Museum entry from right including a skeleton and display cabinets
Faculties and schools_

J.L. Shellshear Museum

A museum of physical anthropology and comparative anatomy

This museum specialises in human, other primate and mammalian skeletal collections. It includes casts of human ancestors and other hominids.


The museum is located on the top floor of the Anderson Stuart building, room W601. 

Admission External visitors are welcome by arrangement. Please contact the curator. 
Cost Admission is free to external individual visitors, anatomy students, bona fide researchers and scholars although some services, such as group visits, attract a fee.
Research access Access to the Australian Aboriginal and Torres Strait Islander skeletal collection may be given once permission is obtained from the relevant Aboriginal and Torres Strait Islander community. Access to non-Aboriginal skeletal remains may be given with permission from the curator and the Head of Discipline.

Collections and exhibitions

Our collections are mainly of human, other primate and mammalian skeletons as well as casts and endocranial casts of hominids. These include:

  1. Human osteology
    Skeletal remains from the following regions: Australia, Melanesia, Oceania, Middle East (Pella collection) A series of foetal skeletons.
  2. Zoological
    Skulls and some skeletons of all classes of vertebrates with an emphasis on marsupials and primates.
  3. Casts
    Casts of skulls and endocranial casts of hominids and other primates. The museum also has reconstructions of Piltdown.
  4. Archival material
    Books, papers and research records of J.L. Shellshear. N.W.G. Macintosh collections relating to research and field work on the dingo, New Guinea Highlands, Australian Aboriginal fossil skulls, Aboriginal art and stone implements etc. Collected notes and references of S.L. Larnach. Historical material relating to anatomy and the museum.
The Alan G. Thorne Fossil Cast Collection of Worldwide Variation

Dr Thorne donated his extensive fossil cast collection to the J. L. Shellshear Museum and it includes the largest collection of fossil casts of the human lineage in Australia as well as the widest range of African, Chinese and Indonesian fossil casts outside of Beijing and Jogjakarta.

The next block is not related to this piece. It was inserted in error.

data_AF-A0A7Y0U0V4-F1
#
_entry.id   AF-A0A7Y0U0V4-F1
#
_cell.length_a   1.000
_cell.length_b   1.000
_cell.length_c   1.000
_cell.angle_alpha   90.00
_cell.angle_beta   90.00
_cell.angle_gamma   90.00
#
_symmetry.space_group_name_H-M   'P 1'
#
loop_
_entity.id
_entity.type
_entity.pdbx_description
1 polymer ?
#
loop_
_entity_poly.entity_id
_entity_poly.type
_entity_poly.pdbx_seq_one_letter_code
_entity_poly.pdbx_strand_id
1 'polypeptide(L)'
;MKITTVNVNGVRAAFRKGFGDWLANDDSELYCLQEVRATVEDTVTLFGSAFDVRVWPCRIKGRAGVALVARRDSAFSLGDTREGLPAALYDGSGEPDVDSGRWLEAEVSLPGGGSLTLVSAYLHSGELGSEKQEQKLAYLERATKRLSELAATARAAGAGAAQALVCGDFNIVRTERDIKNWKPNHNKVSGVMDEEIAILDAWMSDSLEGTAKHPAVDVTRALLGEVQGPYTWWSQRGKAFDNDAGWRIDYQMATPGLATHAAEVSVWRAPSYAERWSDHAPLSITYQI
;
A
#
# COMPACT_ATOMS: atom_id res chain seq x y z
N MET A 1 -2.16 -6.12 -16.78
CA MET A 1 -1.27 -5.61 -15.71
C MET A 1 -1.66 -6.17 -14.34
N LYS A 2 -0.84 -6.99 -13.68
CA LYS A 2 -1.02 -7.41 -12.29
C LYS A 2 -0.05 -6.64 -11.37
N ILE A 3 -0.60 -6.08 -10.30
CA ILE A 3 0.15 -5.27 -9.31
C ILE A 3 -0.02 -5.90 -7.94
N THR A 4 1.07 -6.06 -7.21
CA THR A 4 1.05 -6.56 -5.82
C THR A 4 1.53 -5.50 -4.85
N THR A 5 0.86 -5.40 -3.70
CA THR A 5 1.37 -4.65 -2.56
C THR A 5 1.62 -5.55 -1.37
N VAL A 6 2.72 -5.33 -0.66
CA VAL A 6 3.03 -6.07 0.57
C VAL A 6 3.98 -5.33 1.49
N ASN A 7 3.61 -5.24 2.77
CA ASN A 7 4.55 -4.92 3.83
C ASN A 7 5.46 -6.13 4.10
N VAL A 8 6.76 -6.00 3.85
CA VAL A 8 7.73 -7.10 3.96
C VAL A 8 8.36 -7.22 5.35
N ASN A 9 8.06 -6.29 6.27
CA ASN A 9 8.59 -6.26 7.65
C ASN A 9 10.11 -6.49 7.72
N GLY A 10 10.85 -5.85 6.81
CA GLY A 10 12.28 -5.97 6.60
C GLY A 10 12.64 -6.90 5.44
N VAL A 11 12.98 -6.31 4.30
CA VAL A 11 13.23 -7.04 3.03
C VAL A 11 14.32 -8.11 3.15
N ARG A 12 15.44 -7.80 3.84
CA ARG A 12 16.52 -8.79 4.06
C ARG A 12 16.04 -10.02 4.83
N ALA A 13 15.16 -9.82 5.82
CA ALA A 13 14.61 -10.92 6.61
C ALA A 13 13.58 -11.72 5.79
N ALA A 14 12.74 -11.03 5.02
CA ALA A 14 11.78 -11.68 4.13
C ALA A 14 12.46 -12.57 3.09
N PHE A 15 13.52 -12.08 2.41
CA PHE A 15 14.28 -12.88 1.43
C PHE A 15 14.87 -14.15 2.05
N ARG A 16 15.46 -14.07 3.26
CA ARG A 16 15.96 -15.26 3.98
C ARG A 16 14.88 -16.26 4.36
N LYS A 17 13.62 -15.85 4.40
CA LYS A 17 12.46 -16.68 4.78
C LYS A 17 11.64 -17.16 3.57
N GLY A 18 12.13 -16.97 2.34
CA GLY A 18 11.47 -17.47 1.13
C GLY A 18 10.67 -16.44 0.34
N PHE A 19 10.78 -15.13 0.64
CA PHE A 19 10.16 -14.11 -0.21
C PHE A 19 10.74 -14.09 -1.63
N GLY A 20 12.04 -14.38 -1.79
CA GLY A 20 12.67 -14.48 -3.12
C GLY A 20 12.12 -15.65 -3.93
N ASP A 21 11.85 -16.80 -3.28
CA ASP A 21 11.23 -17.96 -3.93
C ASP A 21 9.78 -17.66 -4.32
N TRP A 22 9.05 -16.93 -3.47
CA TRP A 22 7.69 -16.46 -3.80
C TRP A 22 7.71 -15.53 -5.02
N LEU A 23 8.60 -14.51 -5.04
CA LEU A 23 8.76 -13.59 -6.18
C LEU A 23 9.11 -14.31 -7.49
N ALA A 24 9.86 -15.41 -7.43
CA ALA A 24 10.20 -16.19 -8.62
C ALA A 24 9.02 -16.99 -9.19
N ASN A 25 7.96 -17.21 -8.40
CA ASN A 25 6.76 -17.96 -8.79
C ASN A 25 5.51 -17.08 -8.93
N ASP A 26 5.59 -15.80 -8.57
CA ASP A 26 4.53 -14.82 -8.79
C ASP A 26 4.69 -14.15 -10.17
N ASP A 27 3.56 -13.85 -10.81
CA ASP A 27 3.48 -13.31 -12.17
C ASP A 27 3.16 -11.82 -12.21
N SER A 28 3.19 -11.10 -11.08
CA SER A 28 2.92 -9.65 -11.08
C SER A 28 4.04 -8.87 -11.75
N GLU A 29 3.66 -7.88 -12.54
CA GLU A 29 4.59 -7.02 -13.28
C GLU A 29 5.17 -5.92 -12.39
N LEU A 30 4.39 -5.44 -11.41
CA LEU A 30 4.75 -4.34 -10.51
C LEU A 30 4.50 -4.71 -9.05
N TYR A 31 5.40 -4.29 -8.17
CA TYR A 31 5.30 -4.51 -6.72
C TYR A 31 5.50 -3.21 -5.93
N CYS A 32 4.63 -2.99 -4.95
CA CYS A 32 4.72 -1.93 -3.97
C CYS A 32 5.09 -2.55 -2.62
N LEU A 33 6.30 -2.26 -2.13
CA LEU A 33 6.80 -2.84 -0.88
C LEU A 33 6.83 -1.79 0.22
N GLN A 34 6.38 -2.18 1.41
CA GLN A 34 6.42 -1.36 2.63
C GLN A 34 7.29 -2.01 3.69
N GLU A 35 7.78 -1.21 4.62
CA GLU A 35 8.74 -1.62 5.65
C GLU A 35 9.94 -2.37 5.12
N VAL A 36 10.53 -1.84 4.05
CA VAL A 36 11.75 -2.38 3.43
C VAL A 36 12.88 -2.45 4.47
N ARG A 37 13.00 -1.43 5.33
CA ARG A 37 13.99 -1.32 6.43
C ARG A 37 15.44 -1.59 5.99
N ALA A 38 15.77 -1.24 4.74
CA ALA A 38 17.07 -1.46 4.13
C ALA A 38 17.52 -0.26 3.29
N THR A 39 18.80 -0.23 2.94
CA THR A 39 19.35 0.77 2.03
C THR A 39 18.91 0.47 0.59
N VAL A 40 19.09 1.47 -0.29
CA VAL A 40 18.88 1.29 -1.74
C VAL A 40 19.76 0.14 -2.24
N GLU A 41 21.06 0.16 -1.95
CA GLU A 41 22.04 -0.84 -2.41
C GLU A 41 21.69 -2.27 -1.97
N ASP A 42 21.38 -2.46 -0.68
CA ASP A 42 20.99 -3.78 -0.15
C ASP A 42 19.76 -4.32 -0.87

The Man behind the Museum: Joseph Lexden Shellshear

This exhibition includes a broad range of material, from journal entries and personal photographs, to skull casts, diagrams, and specimens that help explore J. L. Shellshear’s key research, as well as his contribution to the study of the human brain.


Research in the museum focuses on human osteology, burial practices, forensic osteology, dental morphometrics and identification of skeletal and non-human bone. Specific projects include:

  • forensic osteology of the Sydney region
  • identification of fragmented bone as human or non-human
  • non-metric variation and the forensic and clinical consequences of variation of the paranasal sinuses in a Melanesian population
  • investigation of the palaeopathology of a Bronze Age population from Pella in Jordan.


The museum is named after Joseph Lexden Shellshear (1885-1958) a Sydney University medical graduate who was the Research Professor of Anatomy at the University of Sydney from 1937 to 1948.

He is known for his work on the development of the peripheral nervous system on the study of the arterial blood supply to the brain and on the comparative morphology of the human skull and brain. 

Shellshear donated to the Department of Anatomy a large collection of human brains (no longer extant), skull and brain casts, books, bound scientific papers and records relating to his research work.

This material was added to the department's osteological and zoological collections to form this museum, established and named in Shellshear's honour in 1959. Since then, much anthropological and archival material has been added to the collections.

The museum has been completely refurbished and has become an important research facility for anthropological, forensic and other research work.

Museum Curator

Denise Donlon
  • Room W601, Anderson Stuart Building